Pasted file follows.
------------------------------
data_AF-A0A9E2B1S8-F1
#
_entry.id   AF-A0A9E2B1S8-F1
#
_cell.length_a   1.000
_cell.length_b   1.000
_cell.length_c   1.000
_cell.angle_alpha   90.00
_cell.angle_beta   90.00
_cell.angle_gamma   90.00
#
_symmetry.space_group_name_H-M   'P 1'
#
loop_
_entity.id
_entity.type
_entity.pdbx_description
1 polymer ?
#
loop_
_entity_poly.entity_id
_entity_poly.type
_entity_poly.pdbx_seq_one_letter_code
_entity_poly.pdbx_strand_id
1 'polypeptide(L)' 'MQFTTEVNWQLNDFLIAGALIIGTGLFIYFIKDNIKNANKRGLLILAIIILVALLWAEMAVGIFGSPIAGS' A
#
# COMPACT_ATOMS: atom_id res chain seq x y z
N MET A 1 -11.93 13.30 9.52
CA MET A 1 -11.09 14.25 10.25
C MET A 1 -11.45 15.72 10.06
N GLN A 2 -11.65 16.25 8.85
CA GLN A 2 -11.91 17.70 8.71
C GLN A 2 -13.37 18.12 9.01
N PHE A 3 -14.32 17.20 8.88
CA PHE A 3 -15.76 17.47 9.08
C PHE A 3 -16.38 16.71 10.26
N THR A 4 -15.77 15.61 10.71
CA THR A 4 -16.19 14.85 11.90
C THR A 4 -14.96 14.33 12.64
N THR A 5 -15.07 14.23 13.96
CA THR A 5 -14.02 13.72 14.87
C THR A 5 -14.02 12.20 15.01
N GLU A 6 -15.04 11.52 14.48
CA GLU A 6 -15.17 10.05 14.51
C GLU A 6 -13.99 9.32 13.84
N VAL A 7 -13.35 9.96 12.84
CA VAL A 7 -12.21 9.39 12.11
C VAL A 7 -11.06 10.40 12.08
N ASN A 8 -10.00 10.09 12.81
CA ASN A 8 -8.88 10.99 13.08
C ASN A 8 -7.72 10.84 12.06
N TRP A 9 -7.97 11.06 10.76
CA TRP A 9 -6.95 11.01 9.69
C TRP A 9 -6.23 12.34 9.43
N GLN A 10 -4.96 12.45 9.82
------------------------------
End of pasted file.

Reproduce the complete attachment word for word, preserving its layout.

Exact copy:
data_AF-A0A9E2B1S8-F1
#
_entry.id   AF-A0A9E2B1S8-F1
#
_cell.length_a   1.000
_cell.length_b   1.000
_cell.length_c   1.000
_cell.angle_alpha   90.00
_cell.angle_beta   90.00
_cell.angle_gamma   90.00
#
_symmetry.space_group_name_H-M   'P 1'
#
loop_
_entity.id
_entity.type
_entity.pdbx_description
1 polymer ?
#
loop_
_entity_poly.entity_id
_entity_poly.type
_entity_poly.pdbx_seq_one_letter_code
_entity_poly.pdbx_strand_id
1 'polypeptide(L)' 'MQFTTEVNWQLNDFLIAGALIIGTGLFIYFIKDNIKNANKRGLLILAIIILVALLWAEMAVGIFGSPIAGS' A
#
# COMPACT_ATOMS: atom_id res chain seq x y z
N MET A 1 -11.93 13.30 9.52
CA MET A 1 -11.09 14.25 10.25
C MET A 1 -11.45 15.72 10.06
N GLN A 2 -11.65 16.25 8.85
CA GLN A 2 -11.91 17.70 8.71
C GLN A 2 -13.37 18.12 9.01
N PHE A 3 -14.32 17.20 8.88
CA PHE A 3 -15.76 17.47 9.08
C PHE A 3 -16.38 16.71 10.26
N THR A 4 -15.77 15.61 10.71
CA THR A 4 -16.19 14.85 11.90
C THR A 4 -14.96 14.33 12.64
N THR A 5 -15.07 14.23 13.96
CA THR A 5 -14.02 13.72 14.87
C THR A 5 -14.02 12.20 15.01
N GLU A 6 -15.04 11.52 14.48
CA GLU A 6 -15.17 10.05 14.51
C GLU A 6 -13.99 9.32 13.84
N VAL A 7 -13.35 9.96 12.84
CA VAL A 7 -12.21 9.39 12.11
C VAL A 7 -11.06 10.40 12.08
N ASN A 8 -10.00 10.09 12.81
CA ASN A 8 -8.88 10.99 13.08
C ASN A 8 -7.72 10.84 12.06
N TRP A 9 -7.97 11.06 10.76
CA TRP A 9 -6.95 11.01 9.69
C TRP A 9 -6.23 12.34 9.43
N GLN A 10 -4.96 12.45 9.82